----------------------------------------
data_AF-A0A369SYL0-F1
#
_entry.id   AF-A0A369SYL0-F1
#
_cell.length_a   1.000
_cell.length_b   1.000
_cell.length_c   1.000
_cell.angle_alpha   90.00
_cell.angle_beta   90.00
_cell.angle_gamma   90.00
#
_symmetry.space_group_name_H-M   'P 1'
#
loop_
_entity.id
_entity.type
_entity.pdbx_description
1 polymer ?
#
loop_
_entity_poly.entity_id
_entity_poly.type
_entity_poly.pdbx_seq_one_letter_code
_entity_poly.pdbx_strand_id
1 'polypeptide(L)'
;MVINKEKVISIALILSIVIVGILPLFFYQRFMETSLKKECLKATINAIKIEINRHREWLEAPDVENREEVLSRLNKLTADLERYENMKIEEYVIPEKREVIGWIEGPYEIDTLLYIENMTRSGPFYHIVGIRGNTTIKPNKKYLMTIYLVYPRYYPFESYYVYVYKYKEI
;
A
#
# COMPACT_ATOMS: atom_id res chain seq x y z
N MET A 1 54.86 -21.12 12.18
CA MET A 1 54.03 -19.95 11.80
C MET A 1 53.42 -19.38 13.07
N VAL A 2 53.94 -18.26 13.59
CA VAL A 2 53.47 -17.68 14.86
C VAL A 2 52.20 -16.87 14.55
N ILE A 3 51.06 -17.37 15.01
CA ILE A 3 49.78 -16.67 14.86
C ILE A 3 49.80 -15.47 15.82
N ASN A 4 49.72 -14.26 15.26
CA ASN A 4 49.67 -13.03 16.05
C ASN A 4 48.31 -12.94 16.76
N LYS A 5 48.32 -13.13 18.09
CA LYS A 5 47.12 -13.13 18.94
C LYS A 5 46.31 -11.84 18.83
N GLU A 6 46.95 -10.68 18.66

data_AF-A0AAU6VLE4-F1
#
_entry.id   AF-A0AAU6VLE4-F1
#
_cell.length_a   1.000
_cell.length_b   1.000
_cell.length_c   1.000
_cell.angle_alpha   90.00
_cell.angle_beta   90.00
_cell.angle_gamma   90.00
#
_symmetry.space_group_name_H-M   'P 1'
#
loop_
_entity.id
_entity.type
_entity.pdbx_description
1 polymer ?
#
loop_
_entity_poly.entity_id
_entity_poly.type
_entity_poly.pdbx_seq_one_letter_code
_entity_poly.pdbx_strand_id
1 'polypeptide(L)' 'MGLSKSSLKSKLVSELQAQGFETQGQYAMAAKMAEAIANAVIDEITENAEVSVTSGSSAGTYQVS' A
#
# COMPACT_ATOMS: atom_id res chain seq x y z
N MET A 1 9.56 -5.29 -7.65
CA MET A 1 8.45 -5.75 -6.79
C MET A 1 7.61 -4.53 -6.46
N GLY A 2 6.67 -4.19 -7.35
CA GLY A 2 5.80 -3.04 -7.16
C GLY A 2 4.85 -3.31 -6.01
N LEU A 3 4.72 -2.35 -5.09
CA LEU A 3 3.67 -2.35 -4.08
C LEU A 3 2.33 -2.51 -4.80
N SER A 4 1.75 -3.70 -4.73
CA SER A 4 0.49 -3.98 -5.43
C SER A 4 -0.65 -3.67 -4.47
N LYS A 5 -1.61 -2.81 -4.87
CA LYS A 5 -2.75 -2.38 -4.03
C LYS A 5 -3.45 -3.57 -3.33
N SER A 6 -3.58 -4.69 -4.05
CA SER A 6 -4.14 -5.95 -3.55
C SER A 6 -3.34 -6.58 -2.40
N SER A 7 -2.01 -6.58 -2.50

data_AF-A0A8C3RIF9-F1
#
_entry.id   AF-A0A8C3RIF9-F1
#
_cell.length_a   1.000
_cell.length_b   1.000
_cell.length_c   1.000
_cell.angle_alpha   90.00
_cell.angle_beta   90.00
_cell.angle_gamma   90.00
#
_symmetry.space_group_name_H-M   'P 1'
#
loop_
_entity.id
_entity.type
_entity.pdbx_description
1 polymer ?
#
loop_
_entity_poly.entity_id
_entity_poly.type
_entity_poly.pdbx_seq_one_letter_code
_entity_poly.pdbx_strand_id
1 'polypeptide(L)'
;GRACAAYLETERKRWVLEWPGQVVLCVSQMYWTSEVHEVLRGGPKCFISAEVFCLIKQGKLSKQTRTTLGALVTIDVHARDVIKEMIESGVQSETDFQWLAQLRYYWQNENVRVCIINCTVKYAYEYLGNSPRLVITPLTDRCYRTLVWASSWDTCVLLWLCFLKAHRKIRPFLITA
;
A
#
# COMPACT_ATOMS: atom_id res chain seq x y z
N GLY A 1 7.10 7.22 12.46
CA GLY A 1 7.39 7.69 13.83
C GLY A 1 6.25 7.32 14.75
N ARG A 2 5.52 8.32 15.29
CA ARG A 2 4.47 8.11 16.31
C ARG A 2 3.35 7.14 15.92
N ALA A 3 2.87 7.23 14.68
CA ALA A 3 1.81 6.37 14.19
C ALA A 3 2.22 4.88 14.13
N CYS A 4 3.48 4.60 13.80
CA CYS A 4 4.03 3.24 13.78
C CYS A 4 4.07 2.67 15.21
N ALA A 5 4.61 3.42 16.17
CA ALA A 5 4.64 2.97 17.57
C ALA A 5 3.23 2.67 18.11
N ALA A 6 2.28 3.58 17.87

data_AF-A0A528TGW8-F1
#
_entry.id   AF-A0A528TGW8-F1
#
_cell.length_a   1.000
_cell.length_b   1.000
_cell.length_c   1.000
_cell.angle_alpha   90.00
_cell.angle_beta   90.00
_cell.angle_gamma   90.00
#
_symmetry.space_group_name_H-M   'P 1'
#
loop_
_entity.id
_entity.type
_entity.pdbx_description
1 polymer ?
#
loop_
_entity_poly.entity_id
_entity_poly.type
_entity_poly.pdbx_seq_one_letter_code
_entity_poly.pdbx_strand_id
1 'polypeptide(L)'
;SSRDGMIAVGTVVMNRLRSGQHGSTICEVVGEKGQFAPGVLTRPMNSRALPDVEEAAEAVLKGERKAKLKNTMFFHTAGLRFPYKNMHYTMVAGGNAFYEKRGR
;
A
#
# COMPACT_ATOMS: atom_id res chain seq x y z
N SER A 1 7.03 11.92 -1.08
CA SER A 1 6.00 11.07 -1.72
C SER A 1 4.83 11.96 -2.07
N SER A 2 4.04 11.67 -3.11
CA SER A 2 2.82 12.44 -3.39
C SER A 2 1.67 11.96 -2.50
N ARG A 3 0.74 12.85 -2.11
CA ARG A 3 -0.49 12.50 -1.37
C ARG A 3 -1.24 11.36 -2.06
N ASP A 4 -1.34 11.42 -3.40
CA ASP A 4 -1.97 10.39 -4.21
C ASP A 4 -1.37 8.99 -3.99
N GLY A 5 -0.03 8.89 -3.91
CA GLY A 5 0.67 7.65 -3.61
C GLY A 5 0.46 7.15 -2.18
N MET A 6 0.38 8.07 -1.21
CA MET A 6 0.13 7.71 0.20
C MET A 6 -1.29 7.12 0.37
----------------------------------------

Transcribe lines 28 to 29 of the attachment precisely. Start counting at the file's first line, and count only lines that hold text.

A
#